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Nenagh, Munster, Ireland

Nenagh Heritage Guide

Stroll around an historical town with a fascinating past and some mesmerising stories.

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Difficulty: Easy
Length: 1.0 miles / 1.6 km
Duration: 1-3 hours
 
Overview: Nenagh is a market town with a long and proud history; nearly every street salutes an Irish patriot in its name and other greats from O'Connell to De Valera were frequent visitors on the way to their constituencies. It's a colourful past that deserves to be heard and with this innovative audio app, we are delighted to have Councillor Kevin Whelan as our audio guide along the way.

Nenagh is the administrative capital of North Tipperary with a population of around 8,000 people. The town is easily accessed off the M7 Dublin-Limerick motorway. It's a town with a long tradition of trading and today is an excellent place for shopping, offering a wide variety to the discerning visitor.

The streetscape is dominated by the impressive round keep of Nenagh Castle, which rises high above the roofline onto Kickham and Pearse streets. Often referred to as the Keep, the castle rises 100 feet high and forms a landmark property in the town. This fortification was built by the great Butler family around 1200. Nenagh Castle was the ancestral home of the Butler family until 1385 when they moved their ancestral residence to Gowran in county Kilkenny. A few years later in 1391, they once more moved the seat of the family to Kilkenny Castle.

The history of Nenagh town is inextricably linked to the O'Kennedy's, who were the Gaelic chieftains of the local region, then known as Ormond. This family was responsible for the construction of the Franciscan Friary around 1250, the ruins of which can still be seen at the bottom of Friar street.

To those venturing beyond the town, the pretty shoreline villages of Terryglass, Ballinderry, Dromineer, Garrykennedy, Portroe and Ballina/Killaloe are only a short drive from Nenagh. these villages located near to the shoreline of Lough Derg offer the visitor an opportunity to discover the beautiful and captivating countryside of North Tipperary.


Tips: Nenagh's weather can be changeable so make sure you bring an umbrella and rain gear. Good comfortable sturdy footwear will serve you well, especially when making your way up the steps of the Castle Round. Like all our tours, this is best enjoyed at your leisure with plenty of time to savour the atmosphere & the redolence of history that abounds in such a town.

MULTIMEDIA APP
If you're reading this via the Trip Advisor page, you may wish to click on this link: - http://www.everytrail.com/guide/nenagh-heritage-guide which allows you to view this as a multimedia app with video, audio, text and pictures - enjoy it as it should be with all of these additions. To listen to the audio on your computer, you will need Adobe Flash Player: http://get.adobe.com/flashplayer/

MAKING THE MOST OF THE APP
We highly recommend you download the EveryTrail PRO upgraded app to properly enjoy this Nenagh Heritage Guide.The EveryTrail PRO app allows for offline access - a one off payment of €3.59 that ensures you have access to the maps and audio when you need it out arond town. EveryTrail PRO can be downloaded onto iPhone or Android devices. That money goes to EveryTrail PRO's makers, not us - our guide is free.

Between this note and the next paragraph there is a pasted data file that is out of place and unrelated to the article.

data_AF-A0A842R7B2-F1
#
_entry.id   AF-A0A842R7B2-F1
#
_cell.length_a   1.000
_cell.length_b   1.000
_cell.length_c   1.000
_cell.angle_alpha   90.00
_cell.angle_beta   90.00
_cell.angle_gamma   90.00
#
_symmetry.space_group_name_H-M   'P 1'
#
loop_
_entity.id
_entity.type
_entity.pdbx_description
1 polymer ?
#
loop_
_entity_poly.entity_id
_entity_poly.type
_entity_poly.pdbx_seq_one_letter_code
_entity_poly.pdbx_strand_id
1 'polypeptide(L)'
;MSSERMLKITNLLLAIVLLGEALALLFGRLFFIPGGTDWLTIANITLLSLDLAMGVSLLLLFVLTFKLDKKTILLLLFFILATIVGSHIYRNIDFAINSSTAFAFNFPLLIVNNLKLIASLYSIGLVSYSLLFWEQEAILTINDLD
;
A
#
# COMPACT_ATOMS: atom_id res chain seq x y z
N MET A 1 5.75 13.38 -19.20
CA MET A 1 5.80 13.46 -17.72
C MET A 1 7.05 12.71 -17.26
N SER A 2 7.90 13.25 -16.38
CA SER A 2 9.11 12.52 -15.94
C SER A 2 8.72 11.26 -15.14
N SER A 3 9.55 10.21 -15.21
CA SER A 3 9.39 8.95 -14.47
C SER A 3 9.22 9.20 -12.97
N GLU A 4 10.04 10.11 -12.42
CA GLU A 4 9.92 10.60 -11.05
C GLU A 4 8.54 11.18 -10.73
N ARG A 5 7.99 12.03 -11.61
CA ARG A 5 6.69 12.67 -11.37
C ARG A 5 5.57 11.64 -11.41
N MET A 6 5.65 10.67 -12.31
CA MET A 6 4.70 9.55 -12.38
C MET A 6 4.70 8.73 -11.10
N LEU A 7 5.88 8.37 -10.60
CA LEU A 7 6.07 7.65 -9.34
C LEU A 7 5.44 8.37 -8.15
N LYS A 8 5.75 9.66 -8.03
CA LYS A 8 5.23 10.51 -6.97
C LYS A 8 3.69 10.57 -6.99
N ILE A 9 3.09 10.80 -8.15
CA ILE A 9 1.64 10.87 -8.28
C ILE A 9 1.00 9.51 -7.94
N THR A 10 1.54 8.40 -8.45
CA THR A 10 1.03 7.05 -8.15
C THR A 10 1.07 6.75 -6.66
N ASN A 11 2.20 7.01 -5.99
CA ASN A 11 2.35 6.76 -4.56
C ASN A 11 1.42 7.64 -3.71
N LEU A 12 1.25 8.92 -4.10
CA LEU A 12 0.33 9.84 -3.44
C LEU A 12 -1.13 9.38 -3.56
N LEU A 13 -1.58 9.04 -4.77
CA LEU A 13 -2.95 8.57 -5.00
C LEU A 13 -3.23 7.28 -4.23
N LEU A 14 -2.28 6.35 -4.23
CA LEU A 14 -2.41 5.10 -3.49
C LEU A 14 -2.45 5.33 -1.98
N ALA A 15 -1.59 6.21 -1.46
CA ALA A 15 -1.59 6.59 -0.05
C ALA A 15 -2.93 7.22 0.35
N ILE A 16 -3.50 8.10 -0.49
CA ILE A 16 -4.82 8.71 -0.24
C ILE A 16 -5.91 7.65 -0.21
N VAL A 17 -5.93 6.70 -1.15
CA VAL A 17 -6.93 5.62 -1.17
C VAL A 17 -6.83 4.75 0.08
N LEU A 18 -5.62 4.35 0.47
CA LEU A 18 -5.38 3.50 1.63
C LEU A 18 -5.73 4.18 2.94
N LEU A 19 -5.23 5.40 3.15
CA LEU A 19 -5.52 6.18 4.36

The contents of this guide were collated, recorded and edited by the navigatour™ GPS service of Headland New Media Limited for Shannon Region Trails. The guide is offered subject to acceptance of the navigatour™ Licence Agreement, which is linked on the right hand column of this page.

THANKS: Kevin Whelan, Lisa McGee, Caoimin O'Brien, Virginia O'Dowd and the writings of Nancy and Donal Murphy which are gratefully acknowledged. Special thanks to Ruairi Deane of Shannon Development for commissioning this project together with its sister project, the Nenagh Medieval Food Tour.

Points of Interest

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Tourist Office

Formerly the Presbyterian church, the tourist office is conveniently located in the town centre across from both the Arts Centre and a stone's throw away from Nenagh Castle.

With usefull information on things to see and do in and around Nenagh, ensure you pay a visit to the office, just off from Banba square. Open Tuesday to Saturday 9.30am to 5.30pm during the Summer months. Contact 06731610

Our audio tour guide, Kevin Whelan, looks at what is outside the tourist office and also tells us about some notable 'firsts' for the market town.

What with the castle being so close by - turn right coming out of the tourist office, we suggest you go see it as the next point of interest before returning here to continue the tour.
Audio
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Introduction to Nenagh
Landmark
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Nenagh Castle

The impressive remains of an Anglo-norman castle built by the Butler family around 1200 including the circular keep and the twin-towered gatehouse can still be seen to this day.

The Keep has recently been reopened by President Michael D. Higgins in Summer 2012. A study of the chronology of its chequered history and the coat of arms of the leading families of Ormond in the 13th century are worth a look. A winding staircase bring you to the top of the Keep for commanding views of the town and its environs.

'In 1760 we are told that one Solomon Newsome, 'a stern old Puritan' resided at Bachelor's Walk - the old street between the castle to the east and of the 13th century Inquisition - and tha the owned the barley field on the other side the Castle where St. Mary's of the Rosary was built by Dean White. The sparrows in the ivy clinging to the castle ruin were damaging Solomon Newsome's barley and also preventing him, with their chatter, from sleeping in the summer's dawn, thus adding insult to injury. Solomon therefore bought a barrel of gunpowder and attempted to do with one fell stroke what five and a half centuries of Irish history had faile dto accomplish. The explosion, however, only made a hole in the wall of the Donjon still to be seen, and referred to by John O'Donovan in his Ordinance Survey Letters as a 'huge chasm'.